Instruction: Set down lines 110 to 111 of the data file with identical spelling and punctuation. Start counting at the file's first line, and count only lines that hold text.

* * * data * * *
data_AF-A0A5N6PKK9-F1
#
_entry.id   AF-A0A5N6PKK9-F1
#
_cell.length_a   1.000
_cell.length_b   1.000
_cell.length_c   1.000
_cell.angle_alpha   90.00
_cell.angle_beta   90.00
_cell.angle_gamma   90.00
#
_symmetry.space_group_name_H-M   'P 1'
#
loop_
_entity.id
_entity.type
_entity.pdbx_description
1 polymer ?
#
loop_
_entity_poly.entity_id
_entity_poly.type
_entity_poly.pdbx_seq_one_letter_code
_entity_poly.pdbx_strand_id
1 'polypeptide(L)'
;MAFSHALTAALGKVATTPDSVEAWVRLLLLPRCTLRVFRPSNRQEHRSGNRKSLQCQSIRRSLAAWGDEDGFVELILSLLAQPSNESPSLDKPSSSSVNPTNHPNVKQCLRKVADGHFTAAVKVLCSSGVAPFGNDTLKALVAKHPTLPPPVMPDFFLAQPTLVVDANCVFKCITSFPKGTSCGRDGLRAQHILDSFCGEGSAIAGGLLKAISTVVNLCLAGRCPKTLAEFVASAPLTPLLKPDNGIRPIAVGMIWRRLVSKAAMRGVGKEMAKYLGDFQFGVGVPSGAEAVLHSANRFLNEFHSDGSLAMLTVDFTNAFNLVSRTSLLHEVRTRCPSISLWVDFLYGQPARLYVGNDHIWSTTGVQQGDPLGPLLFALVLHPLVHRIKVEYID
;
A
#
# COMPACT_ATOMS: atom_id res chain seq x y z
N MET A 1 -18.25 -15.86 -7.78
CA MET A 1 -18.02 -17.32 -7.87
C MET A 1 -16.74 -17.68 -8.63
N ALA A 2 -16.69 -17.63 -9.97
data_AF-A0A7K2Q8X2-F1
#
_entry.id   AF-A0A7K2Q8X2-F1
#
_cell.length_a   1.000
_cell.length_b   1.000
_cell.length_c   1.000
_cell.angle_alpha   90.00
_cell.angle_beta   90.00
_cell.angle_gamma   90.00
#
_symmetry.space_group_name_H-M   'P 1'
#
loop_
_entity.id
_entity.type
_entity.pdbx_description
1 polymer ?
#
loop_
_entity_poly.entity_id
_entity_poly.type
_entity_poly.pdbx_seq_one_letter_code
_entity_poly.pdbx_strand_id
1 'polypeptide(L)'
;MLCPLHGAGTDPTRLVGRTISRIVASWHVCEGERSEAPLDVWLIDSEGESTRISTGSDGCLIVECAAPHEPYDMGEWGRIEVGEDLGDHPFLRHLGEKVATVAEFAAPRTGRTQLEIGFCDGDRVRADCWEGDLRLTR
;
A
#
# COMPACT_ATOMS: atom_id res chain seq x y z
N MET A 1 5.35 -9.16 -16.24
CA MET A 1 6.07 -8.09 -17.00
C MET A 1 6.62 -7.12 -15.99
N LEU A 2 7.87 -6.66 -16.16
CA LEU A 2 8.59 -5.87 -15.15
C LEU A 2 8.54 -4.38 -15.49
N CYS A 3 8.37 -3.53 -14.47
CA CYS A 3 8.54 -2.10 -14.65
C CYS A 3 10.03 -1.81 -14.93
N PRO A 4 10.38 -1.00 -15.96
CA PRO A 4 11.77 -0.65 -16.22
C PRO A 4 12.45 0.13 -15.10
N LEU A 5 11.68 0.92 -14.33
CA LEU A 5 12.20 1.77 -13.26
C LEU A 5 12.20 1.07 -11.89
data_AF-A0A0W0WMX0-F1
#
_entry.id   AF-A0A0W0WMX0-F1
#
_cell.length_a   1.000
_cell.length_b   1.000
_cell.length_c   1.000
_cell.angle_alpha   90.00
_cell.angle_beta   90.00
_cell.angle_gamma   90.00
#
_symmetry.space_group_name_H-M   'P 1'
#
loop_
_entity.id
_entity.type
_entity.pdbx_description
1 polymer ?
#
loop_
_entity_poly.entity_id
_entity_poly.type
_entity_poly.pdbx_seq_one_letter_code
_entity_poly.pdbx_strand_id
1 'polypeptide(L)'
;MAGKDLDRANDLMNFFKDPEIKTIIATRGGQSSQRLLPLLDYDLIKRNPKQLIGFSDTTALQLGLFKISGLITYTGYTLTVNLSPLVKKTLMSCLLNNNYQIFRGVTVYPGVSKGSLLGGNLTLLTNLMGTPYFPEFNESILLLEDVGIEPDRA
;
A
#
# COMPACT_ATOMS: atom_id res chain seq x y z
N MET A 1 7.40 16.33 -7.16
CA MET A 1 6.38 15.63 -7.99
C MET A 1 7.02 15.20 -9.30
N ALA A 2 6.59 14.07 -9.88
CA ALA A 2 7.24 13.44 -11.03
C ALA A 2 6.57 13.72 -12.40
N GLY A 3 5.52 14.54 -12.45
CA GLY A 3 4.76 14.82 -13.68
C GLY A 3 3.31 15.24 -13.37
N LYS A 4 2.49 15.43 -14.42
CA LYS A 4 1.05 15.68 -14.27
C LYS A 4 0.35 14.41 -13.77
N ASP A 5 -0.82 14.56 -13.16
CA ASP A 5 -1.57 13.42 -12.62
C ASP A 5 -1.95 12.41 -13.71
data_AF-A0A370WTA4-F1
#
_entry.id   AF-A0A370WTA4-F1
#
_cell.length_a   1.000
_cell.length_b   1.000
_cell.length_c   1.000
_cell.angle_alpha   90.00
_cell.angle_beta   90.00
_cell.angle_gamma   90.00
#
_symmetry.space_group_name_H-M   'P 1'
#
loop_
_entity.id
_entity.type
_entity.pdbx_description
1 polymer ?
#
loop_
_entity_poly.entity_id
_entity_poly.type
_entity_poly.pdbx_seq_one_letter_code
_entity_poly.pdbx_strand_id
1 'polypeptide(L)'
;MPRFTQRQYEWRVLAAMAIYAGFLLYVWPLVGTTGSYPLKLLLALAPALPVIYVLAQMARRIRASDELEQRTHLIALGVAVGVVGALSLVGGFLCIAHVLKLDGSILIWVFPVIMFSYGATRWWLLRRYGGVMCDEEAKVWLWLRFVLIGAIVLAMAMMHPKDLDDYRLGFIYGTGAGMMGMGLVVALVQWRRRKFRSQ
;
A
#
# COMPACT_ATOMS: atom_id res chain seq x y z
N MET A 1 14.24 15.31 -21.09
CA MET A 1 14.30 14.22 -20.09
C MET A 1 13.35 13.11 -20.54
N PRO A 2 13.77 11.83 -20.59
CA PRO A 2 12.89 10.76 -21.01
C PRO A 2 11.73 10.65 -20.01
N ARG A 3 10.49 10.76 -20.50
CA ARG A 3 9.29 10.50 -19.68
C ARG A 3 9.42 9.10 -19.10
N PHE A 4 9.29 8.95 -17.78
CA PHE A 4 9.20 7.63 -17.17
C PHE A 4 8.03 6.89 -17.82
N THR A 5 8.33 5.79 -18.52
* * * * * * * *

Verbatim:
N MET A 1 7.40 16.33 -7.16
CA MET A 1 6.38 15.63 -7.99